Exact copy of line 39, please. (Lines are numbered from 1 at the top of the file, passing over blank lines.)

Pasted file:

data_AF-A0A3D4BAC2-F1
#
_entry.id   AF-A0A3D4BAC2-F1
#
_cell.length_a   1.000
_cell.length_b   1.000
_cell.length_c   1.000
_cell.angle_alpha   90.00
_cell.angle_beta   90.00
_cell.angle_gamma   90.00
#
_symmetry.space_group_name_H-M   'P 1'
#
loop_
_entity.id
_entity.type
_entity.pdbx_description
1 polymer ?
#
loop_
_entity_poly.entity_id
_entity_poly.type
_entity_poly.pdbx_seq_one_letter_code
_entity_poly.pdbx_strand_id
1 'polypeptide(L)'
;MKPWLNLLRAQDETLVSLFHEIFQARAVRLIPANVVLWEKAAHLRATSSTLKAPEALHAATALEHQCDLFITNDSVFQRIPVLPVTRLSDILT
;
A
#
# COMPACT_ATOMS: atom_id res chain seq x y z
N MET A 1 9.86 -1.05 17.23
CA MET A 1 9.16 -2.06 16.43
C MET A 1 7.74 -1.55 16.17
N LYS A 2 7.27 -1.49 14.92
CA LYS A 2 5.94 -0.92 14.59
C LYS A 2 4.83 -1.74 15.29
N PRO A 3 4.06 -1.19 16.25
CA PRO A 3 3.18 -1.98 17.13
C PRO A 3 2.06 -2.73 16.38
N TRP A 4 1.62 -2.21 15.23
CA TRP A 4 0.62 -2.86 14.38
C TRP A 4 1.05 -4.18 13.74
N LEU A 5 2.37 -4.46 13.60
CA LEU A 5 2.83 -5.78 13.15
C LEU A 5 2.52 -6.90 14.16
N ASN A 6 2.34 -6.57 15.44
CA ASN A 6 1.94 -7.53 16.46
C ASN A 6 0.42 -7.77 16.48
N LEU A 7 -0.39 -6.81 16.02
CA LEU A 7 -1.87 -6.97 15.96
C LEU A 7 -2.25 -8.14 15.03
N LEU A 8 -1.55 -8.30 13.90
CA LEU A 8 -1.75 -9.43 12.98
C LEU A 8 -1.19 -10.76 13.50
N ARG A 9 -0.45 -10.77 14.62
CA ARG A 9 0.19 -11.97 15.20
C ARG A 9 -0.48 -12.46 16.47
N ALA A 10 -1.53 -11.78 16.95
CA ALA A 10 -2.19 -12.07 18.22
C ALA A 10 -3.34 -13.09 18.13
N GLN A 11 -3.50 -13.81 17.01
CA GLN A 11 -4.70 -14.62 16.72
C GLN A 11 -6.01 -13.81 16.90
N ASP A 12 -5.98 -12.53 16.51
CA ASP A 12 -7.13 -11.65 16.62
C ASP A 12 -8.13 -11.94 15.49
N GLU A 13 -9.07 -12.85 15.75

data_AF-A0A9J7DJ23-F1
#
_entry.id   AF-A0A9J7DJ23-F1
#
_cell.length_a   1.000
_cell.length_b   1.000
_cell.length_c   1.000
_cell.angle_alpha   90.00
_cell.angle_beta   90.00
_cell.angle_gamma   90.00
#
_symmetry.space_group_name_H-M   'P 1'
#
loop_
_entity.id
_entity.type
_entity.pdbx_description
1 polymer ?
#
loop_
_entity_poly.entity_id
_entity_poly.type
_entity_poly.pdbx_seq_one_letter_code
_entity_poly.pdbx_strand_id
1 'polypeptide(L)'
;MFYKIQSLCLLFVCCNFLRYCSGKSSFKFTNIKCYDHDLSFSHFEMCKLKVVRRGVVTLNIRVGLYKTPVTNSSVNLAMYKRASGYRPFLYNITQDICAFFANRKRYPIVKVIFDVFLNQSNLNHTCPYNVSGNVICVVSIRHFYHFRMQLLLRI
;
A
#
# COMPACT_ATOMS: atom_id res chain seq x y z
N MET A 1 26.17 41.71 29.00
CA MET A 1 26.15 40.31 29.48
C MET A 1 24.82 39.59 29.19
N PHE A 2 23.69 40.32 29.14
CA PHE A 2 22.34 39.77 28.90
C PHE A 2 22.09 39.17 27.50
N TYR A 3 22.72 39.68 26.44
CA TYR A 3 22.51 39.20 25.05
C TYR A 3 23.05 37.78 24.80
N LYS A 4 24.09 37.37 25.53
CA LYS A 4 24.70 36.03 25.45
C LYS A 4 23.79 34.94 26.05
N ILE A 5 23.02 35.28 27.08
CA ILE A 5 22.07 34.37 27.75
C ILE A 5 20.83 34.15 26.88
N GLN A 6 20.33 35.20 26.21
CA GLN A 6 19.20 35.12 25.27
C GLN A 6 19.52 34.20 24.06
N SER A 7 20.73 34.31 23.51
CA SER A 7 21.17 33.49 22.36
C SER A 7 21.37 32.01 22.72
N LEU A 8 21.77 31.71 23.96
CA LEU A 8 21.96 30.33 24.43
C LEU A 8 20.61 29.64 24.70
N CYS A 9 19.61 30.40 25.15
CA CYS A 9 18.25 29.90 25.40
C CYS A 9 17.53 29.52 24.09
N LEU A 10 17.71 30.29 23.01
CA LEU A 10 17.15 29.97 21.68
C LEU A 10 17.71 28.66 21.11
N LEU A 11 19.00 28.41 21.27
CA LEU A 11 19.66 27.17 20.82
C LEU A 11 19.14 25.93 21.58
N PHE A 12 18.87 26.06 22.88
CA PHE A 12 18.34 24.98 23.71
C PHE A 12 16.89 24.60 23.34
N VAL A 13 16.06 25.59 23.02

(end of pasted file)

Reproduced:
C PRO A 3 2.06 -2.73 16.38